Evil Dead: The Musical Reviewed in this issue.
High Reviewed in this issue.Ongoing
Another Home Invasion Joan MacLeod's one-woman show about a senior citizen attempting to navigate Canada's social-service system so she and her stroke-damaged husband, Alec, can land in the Shriners' Home together features much discursive storytelling. Think a female Andy Rooney discussing his medical problems for 75 minutes, with brief flashes of drama. Jean (Donna Weinsting) is something of a martyr, suffering with grudging Canadian patience her daughter and granddaughter's busy lives and the helpful woman from health services who won't (or maybe can't) just shift her and Alec to the home. Weinsting makes the most of those few dramatic flashes, creating the tension of a late-night burglary through her voice and some efficient movements. But for a play with such a slow burn, you expect something more than continued slow burning till the lights go out. Presented by Echo Theatre Company through October 24 at Theatre 134 in Crestwood Court ArtSpace (Watson and Sappington roads), Crestwood. Tickets are $20 ($15 for seniors; students two for $20 at the door). Call 314-225-4329 or visit www .echotheatrecompany.org. — Paul Friswold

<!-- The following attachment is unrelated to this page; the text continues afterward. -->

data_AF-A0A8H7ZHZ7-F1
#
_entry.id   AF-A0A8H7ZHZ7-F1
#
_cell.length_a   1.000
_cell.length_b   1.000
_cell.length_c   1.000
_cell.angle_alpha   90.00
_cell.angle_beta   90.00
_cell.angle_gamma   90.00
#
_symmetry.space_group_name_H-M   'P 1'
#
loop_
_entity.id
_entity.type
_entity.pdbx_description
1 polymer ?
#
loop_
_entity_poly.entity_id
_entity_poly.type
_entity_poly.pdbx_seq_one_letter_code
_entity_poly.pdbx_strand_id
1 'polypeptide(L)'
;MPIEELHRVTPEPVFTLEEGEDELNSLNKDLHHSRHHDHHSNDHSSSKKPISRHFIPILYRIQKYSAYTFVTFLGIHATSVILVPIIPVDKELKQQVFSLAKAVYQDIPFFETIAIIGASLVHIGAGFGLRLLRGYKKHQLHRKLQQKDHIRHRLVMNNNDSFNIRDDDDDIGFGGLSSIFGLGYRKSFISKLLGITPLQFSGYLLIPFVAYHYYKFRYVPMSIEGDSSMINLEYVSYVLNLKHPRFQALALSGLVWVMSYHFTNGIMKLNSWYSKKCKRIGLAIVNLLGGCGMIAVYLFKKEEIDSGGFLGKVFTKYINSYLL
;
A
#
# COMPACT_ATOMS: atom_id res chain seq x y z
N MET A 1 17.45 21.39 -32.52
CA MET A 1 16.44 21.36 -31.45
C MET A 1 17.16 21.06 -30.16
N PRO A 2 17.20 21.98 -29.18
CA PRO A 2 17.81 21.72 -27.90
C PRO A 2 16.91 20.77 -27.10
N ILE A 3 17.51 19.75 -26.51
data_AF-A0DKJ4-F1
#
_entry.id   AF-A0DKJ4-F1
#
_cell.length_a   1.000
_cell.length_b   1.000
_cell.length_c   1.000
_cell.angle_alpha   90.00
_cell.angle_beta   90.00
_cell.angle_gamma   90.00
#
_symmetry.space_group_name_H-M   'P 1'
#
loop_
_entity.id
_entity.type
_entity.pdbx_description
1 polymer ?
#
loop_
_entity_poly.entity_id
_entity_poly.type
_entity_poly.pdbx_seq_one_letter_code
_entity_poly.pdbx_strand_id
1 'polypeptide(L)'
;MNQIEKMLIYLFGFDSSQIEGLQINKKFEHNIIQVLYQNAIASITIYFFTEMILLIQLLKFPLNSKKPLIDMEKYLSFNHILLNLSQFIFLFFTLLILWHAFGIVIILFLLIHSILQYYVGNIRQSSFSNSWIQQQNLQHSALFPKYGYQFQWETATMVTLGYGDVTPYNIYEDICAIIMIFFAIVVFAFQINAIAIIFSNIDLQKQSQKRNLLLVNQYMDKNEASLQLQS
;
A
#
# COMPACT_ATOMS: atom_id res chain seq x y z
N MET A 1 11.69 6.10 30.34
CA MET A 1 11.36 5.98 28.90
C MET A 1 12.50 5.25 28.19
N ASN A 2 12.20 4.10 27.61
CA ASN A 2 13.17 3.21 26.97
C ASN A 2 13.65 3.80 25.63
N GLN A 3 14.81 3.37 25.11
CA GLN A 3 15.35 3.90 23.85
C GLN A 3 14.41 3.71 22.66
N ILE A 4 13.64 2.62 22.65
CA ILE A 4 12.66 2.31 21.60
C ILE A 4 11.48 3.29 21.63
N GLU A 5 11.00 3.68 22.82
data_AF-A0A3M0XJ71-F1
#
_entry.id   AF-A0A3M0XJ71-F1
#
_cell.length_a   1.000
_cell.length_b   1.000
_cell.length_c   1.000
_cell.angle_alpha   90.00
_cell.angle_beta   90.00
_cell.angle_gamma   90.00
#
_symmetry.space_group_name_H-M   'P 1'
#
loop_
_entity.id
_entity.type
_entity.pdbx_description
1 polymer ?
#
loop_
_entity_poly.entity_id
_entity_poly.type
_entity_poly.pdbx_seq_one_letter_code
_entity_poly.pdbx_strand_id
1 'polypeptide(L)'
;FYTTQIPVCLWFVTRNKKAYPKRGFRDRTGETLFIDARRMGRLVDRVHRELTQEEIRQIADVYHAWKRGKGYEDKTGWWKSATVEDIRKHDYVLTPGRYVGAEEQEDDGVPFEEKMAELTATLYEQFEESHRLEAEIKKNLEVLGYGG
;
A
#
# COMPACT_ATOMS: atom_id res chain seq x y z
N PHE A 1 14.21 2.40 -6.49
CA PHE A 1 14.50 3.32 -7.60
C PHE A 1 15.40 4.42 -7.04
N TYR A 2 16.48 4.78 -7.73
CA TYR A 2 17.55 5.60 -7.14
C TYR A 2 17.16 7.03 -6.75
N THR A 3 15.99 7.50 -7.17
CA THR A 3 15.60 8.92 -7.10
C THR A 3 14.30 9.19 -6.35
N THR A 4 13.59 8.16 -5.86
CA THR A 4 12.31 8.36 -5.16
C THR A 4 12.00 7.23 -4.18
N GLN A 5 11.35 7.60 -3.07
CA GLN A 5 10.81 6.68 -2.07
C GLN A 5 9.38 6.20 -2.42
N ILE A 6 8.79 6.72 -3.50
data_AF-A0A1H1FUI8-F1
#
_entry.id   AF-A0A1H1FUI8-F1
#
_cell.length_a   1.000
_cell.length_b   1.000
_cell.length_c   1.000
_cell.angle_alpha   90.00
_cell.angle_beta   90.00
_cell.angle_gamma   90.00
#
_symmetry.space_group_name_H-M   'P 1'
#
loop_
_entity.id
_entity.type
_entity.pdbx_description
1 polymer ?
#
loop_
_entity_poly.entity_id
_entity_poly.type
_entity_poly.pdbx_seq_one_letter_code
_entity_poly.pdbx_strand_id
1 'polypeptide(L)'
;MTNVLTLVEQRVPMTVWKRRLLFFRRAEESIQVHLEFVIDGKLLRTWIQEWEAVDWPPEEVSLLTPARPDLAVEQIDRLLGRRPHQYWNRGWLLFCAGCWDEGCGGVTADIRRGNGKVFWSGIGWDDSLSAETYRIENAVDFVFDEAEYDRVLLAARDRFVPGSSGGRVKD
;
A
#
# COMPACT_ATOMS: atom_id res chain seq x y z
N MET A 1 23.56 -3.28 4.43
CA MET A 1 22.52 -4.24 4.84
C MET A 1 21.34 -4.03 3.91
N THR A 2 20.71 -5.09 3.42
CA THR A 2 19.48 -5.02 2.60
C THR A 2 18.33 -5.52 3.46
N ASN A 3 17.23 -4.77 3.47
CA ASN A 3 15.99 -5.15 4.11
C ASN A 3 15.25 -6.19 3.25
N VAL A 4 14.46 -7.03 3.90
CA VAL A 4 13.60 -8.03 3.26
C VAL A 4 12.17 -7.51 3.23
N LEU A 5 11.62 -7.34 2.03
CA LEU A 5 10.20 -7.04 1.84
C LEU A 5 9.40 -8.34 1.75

November Set in the Oval Office on the weekend before Election Day, David Mamet's comedy about the dire state of American politics is outrageous. Mamet isn't his usual nasty self here. Instead he finds humor in futility. He has concocted a classic farce in which slamming doors replace ringing telephones. Between laughs and phone calls, Mamet makes some pungent if sarcastic comments about the perils of American democracy. Director Bobby Miller is fearless in his use of the vest-pocket Gaslight Theatre stage, which almost feels spacious. But it's the inspired work by the ensemble cast, led by Alan Knoll in a bravura portrayal of the delightfully vile President Charles Smith, who makes this an evening to cherish. Produced by St. Louis Actors' Studio through October 24 at the Gaslight Theater, 358 North Boyle Avenue. Tickets are $25 ($20 for students and seniors). Call 314-458-2978 or visit www.stlas.org. — Dennis Brown
Oedipus King First staged in 429 B.C., Sophocles' tragedy about the doomed king who inadvertently killed his father and married his mother is one of the seminal works of world theater, but how often do you get to see it live? Under the direction of Philip Boehm, Upstream Theater is mounting a production that is both regal and — thanks to the informal translation by David R. Slavitt — happily accessible. J. Samuel Davis is commandingly understated in the title role. He receives solid support from, among others, Peter Mayer as the severe Creon and John Bratkowski as a wily beggar. The creative scenic design by Michael Heil gives the illusion that the actors are actually stepping out of the pages of literature. Through October 24 at the Kranzberg Arts Center, 501 North Grand Boulevard. Tickets are $25 ($15 for students, $20 for seniors). Call 314-863-4999 or visit www.upstreamtheater.org. (DB)